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ECQA Certified Terminology Manager explanier in Webinar hosted by SDL

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Join us in a SDL webinar about the ECQA Certified Terminology Manager training program!

30.04.2012

TermNet member SDL is hosting a webinar about the training and certification program “ECQA Certified Terminology Manager”.

Join us for this webinar and learn more about this innovative and successful program!

Language: German

Date: 10. May 2012
10:00 – 11:00 CETS (Central European Summer Time – Amsterdam, Berlin, Rome, Stockholm, Vienna)

You can register for this webinar at: http://www.translationzone.com/de/events/translation-agency/may2012/2012-05-10-terminologiemanager-zertifizierung.asp

About ECQA Certified Terminology Manager – Basic

In the globalised knowledge and information societies, specialised language has become a prerequisite of any kind of efficient and effective communication, management and interoperability of technical systems and methodologies. Terminology and terminology management build an integral, high quality and quality-assuring part of the end products, services and tools in the fields of

  • INFORMATION & COMMUNICATION,
  • CLASSIFICATION & CATEGORISATION,
  • TRANSLATION & LOCALISATION.

The new job profile Certified Terminology Manager – Basic combines and bundles the various competences of professionals active in these areas.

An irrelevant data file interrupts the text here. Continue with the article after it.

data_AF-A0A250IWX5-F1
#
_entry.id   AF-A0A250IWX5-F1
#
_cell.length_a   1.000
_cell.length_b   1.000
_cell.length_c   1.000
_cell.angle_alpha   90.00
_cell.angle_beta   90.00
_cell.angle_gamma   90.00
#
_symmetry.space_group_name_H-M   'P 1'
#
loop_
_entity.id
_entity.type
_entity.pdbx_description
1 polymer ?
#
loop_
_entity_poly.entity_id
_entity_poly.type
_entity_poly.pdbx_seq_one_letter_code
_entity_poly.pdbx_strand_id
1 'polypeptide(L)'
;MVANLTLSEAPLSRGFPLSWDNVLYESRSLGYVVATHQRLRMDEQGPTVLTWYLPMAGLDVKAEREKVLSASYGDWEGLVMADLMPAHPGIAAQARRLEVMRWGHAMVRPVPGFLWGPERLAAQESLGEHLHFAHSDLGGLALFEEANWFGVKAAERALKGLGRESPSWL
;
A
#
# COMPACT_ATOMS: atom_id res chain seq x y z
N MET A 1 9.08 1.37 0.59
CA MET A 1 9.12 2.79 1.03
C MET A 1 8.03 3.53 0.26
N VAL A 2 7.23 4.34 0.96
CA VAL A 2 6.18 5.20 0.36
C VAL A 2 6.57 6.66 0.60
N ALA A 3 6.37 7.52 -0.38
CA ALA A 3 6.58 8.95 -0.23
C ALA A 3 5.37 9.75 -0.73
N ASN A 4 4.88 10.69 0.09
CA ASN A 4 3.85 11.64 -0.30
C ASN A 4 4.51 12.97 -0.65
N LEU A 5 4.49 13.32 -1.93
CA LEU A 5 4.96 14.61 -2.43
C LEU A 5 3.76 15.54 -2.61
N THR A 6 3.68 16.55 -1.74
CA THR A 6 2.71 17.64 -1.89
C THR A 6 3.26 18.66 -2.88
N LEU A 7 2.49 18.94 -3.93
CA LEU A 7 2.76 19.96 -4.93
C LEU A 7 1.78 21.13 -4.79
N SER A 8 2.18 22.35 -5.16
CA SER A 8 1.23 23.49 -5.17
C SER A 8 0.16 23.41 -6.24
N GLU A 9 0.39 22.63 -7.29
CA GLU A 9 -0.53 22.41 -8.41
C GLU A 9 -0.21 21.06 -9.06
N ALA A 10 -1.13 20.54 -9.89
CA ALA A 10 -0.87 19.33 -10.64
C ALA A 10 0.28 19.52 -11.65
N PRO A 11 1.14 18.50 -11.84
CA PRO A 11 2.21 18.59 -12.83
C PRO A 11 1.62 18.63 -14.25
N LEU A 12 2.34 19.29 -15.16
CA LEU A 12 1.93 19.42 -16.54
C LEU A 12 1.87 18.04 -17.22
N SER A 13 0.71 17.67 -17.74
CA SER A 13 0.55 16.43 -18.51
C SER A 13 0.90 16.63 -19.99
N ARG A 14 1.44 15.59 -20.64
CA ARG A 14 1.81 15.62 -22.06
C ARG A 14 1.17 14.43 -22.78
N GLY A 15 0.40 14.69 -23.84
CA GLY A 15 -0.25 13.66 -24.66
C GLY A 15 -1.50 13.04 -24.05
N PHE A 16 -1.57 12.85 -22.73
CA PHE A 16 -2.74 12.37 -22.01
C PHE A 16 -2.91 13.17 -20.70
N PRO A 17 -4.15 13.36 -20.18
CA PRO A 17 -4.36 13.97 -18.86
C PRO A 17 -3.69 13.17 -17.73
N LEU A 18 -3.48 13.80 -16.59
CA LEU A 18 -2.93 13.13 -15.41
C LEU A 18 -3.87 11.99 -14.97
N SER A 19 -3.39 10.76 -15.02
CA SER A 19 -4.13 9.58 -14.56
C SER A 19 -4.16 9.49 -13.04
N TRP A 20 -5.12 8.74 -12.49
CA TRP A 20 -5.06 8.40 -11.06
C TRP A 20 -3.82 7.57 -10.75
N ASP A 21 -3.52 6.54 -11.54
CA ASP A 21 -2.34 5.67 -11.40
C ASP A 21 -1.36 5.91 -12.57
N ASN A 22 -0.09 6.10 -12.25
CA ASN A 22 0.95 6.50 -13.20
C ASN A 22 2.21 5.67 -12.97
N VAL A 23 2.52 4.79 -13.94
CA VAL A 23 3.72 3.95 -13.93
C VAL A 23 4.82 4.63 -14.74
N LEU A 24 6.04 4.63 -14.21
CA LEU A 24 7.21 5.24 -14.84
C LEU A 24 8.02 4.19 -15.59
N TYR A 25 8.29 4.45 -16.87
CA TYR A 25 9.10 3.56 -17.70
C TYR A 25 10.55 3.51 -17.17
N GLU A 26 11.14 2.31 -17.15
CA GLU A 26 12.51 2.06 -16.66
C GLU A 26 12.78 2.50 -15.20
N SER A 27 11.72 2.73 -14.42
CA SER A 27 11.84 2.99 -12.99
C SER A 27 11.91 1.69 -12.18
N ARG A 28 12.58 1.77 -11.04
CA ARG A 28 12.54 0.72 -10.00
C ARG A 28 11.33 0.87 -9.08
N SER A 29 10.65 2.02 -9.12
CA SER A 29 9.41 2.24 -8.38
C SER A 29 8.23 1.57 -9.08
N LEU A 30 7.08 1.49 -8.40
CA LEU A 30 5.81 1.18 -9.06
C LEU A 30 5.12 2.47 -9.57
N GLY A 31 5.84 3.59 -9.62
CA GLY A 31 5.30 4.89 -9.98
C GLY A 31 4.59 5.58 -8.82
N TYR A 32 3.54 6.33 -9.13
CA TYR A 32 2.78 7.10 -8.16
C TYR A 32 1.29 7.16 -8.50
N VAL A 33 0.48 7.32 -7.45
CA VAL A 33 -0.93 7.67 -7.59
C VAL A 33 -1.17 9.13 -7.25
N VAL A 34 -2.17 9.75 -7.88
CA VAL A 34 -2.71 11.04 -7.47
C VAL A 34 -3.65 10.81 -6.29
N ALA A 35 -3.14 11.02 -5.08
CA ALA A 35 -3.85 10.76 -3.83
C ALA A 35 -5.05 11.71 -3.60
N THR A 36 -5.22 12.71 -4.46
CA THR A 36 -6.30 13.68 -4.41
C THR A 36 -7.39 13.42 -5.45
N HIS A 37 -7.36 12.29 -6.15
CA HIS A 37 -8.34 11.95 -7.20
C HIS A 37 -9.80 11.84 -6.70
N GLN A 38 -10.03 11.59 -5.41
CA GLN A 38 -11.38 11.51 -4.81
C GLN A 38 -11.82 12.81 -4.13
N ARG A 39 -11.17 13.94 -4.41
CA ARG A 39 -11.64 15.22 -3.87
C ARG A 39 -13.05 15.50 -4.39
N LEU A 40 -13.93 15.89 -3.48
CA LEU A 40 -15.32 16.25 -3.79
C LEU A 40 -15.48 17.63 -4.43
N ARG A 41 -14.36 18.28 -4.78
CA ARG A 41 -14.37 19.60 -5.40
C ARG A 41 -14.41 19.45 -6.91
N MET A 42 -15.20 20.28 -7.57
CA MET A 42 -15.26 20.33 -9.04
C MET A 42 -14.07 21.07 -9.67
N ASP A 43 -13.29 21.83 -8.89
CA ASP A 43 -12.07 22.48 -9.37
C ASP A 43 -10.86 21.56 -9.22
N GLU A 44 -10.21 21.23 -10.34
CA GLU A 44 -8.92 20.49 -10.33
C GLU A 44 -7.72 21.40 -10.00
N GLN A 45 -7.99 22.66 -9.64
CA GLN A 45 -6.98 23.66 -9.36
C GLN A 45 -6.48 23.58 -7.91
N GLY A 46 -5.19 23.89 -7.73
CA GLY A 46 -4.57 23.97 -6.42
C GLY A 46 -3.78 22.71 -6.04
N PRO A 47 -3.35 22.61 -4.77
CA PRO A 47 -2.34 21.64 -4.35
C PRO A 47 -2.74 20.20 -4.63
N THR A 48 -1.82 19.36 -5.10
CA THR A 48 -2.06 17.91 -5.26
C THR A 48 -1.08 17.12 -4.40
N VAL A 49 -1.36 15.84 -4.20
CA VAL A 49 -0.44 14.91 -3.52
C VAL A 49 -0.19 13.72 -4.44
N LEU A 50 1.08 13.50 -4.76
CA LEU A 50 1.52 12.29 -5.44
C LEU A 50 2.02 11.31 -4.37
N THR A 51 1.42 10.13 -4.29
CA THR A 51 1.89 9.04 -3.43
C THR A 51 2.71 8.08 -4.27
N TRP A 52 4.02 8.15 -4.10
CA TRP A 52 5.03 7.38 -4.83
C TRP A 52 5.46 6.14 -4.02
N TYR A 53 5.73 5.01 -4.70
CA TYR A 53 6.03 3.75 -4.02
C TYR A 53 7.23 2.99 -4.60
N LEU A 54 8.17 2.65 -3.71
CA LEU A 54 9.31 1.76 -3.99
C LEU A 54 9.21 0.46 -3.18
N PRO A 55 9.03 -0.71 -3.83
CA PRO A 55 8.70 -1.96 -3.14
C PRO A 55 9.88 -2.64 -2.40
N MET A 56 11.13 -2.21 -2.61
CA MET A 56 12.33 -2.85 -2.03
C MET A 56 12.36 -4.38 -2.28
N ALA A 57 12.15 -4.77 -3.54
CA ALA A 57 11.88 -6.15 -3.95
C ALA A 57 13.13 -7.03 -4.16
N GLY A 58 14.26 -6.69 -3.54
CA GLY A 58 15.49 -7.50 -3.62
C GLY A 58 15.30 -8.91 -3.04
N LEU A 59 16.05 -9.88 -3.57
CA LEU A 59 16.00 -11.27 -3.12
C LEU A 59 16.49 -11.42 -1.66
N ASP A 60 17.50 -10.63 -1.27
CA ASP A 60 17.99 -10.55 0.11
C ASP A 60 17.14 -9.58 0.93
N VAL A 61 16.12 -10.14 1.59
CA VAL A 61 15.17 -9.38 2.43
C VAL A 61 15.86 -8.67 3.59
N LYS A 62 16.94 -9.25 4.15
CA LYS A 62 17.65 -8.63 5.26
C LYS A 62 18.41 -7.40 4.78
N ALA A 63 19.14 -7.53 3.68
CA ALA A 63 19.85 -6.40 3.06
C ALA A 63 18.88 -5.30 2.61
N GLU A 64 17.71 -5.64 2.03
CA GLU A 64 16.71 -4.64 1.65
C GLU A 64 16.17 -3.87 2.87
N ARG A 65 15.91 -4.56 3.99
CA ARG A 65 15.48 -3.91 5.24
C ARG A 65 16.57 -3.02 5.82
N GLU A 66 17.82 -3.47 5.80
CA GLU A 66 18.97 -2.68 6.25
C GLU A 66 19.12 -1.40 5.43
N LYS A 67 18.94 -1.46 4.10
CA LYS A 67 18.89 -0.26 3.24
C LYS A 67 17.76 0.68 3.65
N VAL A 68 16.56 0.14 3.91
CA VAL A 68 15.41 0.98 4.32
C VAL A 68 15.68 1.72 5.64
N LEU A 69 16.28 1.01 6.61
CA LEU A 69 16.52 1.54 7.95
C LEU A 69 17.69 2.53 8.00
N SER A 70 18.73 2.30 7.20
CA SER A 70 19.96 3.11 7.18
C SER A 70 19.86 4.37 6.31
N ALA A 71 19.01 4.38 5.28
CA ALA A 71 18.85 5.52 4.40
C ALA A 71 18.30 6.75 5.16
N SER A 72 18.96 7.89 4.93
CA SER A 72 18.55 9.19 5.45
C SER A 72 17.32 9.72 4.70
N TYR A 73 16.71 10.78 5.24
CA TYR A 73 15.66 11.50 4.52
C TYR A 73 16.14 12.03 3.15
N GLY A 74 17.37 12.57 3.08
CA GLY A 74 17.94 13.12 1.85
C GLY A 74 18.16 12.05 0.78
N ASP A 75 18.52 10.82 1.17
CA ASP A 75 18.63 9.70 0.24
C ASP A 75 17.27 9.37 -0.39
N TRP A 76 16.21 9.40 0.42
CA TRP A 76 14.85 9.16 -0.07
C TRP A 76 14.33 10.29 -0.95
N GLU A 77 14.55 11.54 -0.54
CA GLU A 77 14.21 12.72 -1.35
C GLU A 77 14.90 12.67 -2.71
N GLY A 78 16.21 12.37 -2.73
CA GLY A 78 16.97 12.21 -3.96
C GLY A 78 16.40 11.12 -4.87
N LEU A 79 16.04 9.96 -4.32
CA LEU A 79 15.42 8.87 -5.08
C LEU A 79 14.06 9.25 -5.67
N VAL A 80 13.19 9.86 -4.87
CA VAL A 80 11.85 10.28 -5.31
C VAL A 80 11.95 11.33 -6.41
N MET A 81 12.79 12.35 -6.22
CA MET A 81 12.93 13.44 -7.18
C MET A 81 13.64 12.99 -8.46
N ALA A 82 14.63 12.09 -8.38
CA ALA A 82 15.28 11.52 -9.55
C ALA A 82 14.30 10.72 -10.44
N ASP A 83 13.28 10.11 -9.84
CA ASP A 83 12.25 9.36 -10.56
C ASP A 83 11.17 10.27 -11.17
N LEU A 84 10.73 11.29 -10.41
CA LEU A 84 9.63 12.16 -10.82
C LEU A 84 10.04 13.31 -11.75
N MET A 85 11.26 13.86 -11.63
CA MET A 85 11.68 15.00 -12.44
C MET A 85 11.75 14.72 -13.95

ECQA Certified Terminology Manager – Basic is especially suited for professionals who work as

  • INFORMATION & COMMUNICATION PROFESSIONALS:
    ICT experts, information and knowledge managers, etc.
  • EXPERTS IN CLASSIFICATION & CATEGORIZATION:
    e-Business, Semantic Web, libraries and archives, etc.
  • LANGUAGE INDUSTRY PROFESSIONALS:
    Translators, interpreters, localisers, technical writers, etc.

This certification can be regarded as specialized professional qualification.

For more information about the ECQA Certified Terminology Manager please visit:
http://www.termnet.org/english/products_service/ecqa_ctm-basic/index.php
or contact us termnet@termnet.org

Economic issues for terminology

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Knowledge is the wealth of any company. This why it is so important to manage the representations of all the concepts that consitue this knowledge. Terminology management, therefore, is an important economic factor. Terminologists are aware of this, of course. But they have to argue again and again with their managers, superiors or other decision makers, who may not (yet) understand why an investment in terminology management is an investment on quality, cost saving and improved overall performance.

We are discussing economic aspects of terminology at TSS 2009 in a presentation by Frieda Steurs, which is spiked with many real-life examples from business and industry.

This is essential knowledge for every good terminology managers. It will help to defend their position and improve their visibility within organizations.

Go to PRESENTATION for the arguments. Have more arguments? Your colleagues all over the world will be grateful for you sharing them here!

Skills for terminology managers discussed

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The “skills” focus group at the International Terminology Summer School identified essential skills each and every terminology manager should possess. This is what they say: